- The RBA has acknowledged the current weakness in the economy;
- They remain positive about the outlook for the next couple of years;
- Albeit there is more risk to the outlook than they had previously thought;
- The RBA would still be comfortable with their view that interest rates will not rise until H1 2024;
- The risks are that the cash rate might need to rise a little earlier (H2 2023);
- It is hard to prove but QE does help the economy.
Heading into the September meeting the economy in Q3 had weakened substantially more than RBA forecasts had predicted in August. The Statement following the meeting rightly highlighted the considerable momentum the economy had entering the September quarter. It also acknowledged that the economy has subsequently weakened significantly. Their central-case view is that the pause in economic growth will only be temporary (in RBA words, the recovery is delayed not derailed). The recent data also provides some comfort about the medium-term. But the risks to the outlook have increased.
The RBA Statement did not say much on the supply-side of the economy. Understandably given the most immediate economic problem is the impact of the Lockdowns. Previously the RBA has said that it thought that any supply problem (supply-chains problems, skilled labour shortages) would be a short-term worry as economies re-open. But the evidence suggests that a return to full re-opening will take longer than had been anticipated. This creates some demand headaches for the economy. But it also means that supply problems may last longer.
Recent developments would have provided some sustenance to the RBA view that the cash rate would not need to change until the first half of 2024. Financial market economists (including me) believe that the RBA will need to move a little earlier, with the consensus expecting a first rate hike in late 2023. That may reflect a little more optimism about the economic outlook than the RBA. But in my case at least it is the thought that the supply problems will last longer. And this means a greater risk of higher inflation and wages growth than the RBA’s current view.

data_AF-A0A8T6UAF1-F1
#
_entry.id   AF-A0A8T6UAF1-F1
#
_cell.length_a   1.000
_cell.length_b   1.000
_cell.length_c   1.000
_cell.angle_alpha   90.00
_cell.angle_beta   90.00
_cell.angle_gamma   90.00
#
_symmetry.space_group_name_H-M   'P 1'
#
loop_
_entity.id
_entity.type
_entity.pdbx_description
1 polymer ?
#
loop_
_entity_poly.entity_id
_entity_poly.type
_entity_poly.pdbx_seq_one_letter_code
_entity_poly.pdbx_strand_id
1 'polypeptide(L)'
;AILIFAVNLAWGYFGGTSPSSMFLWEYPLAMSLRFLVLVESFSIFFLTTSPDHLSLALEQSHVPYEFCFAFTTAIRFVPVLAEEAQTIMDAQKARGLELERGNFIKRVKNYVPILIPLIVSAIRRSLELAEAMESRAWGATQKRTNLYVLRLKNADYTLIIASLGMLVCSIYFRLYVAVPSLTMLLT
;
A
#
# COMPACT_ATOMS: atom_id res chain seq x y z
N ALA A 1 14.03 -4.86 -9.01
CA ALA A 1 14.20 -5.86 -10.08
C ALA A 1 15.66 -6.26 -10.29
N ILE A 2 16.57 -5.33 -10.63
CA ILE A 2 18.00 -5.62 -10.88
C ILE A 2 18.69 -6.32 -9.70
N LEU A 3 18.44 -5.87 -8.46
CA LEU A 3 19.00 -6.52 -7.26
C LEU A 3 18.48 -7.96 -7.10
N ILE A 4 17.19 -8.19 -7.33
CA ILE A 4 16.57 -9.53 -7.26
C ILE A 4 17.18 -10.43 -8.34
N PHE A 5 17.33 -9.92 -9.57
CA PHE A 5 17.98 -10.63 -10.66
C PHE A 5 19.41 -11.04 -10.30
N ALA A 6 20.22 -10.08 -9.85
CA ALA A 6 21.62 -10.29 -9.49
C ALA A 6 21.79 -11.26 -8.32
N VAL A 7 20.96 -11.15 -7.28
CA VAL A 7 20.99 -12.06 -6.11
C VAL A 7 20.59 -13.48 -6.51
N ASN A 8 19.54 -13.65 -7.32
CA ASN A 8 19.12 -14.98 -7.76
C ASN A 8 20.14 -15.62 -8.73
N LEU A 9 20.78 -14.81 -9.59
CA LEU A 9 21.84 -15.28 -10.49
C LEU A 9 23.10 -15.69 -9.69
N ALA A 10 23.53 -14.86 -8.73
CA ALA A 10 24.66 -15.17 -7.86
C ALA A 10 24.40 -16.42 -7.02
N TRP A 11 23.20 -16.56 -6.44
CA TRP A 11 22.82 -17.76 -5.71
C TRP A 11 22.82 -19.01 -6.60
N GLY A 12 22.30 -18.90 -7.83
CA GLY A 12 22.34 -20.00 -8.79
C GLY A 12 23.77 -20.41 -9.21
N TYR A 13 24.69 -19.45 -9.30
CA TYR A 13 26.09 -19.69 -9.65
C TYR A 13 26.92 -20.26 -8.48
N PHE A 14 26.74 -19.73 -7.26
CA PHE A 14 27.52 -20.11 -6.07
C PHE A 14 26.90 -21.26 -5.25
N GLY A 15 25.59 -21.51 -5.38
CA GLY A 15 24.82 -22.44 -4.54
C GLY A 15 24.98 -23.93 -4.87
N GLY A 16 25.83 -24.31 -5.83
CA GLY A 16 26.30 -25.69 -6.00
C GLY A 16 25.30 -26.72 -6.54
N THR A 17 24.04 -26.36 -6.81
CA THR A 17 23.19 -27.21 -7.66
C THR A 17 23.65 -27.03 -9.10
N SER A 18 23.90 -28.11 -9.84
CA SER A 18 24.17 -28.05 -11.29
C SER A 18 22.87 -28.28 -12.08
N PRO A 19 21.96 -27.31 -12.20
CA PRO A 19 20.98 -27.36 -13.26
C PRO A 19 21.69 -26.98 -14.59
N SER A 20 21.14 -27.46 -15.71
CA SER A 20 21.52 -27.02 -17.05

At the time of writing, financial markets are pricing the first rate hike by the end of 2022 with a cash rate of about 0.75% by the time the RBA is thinking about first changing the cash rate (H1 2024). This pricing has the RBA moving at around the same time as the Federal Reserve. At face value this looks a little strange.
Prior to the September meeting there was discussion that the sharp contraction in economic activity would lead the RBA to revert back to its previous pace of weekly buying ($5b) but keep the review date (November). In the event the RBA announced that it would keep the pace of buying at $4b but delay the review until February 2022.
The RBA did not explain why it chose to maintain the slower pace of buying. Most probably it was a vote of confidence in an economic pickup next year. There may have been recognition than most other central banks are looking to slow their bond buying programs. It could be that by delaying the time for review until February the amount of bonds that the RBA is buying would be broadly the same under both options.
Right now the most important issue for the economy is the health outlook. If the medium-term economic outlook is worse than expected fiscal policy should (and almost certainly would) step up. By keeping interest rates as low as possible and ensuring that (sustainable) financing is widely accessible the RBA is doing what it can to help the economic recovery. Undertaking QE provides confidence to investors’ that the RBA will do what it can to improve the economic outlook. In turn that makes it more likely that an economic recovery will take place.
To read my full update, click here.
We live in interesting times.
Peter Munckton - Chief Economist